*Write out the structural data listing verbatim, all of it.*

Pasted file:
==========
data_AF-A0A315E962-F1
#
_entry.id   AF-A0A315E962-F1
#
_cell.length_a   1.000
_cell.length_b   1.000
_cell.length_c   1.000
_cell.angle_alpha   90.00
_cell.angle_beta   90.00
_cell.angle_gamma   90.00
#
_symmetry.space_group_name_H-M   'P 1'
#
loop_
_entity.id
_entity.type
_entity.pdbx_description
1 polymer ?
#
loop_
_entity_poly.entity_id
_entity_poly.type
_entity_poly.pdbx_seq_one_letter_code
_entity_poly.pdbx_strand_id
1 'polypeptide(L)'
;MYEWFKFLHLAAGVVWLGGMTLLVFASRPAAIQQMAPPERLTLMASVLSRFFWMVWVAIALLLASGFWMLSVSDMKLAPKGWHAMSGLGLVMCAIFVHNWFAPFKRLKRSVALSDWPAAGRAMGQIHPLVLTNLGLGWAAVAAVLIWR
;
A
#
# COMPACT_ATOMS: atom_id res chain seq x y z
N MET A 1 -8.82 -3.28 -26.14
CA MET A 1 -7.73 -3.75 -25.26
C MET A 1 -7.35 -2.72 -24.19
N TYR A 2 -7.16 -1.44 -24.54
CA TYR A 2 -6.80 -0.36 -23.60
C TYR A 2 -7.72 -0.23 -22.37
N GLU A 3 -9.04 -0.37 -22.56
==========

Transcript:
data_AF-A0A315E962-F1
#
_entry.id   AF-A0A315E962-F1
#
_cell.length_a   1.000
_cell.length_b   1.000
_cell.length_c   1.000
_cell.angle_alpha   90.00
_cell.angle_beta   90.00
_cell.angle_gamma   90.00
#
_symmetry.space_group_name_H-M   'P 1'
#
loop_
_entity.id
_entity.type
_entity.pdbx_description
1 polymer ?
#
loop_
_entity_poly.entity_id
_entity_poly.type
_entity_poly.pdbx_seq_one_letter_code
_entity_poly.pdbx_strand_id
1 'polypeptide(L)'
;MYEWFKFLHLAAGVVWLGGMTLLVFASRPAAIQQMAPPERLTLMASVLSRFFWMVWVAIALLLASGFWMLSVSDMKLAPKGWHAMSGLGLVMCAIFVHNWFAPFKRLKRSVALSDWPAAGRAMGQIHPLVLTNLGLGWAAVAAVLIWR
;
A
#
# COMPACT_ATOMS: atom_id res chain seq x y z
N MET A 1 -8.82 -3.28 -26.14
CA MET A 1 -7.73 -3.75 -25.26
C MET A 1 -7.35 -2.72 -24.19
N TYR A 2 -7.16 -1.44 -24.54
CA TYR A 2 -6.80 -0.36 -23.60
C TYR A 2 -7.72 -0.23 -22.37
N GLU A 3 -9.04 -0.37 -22.56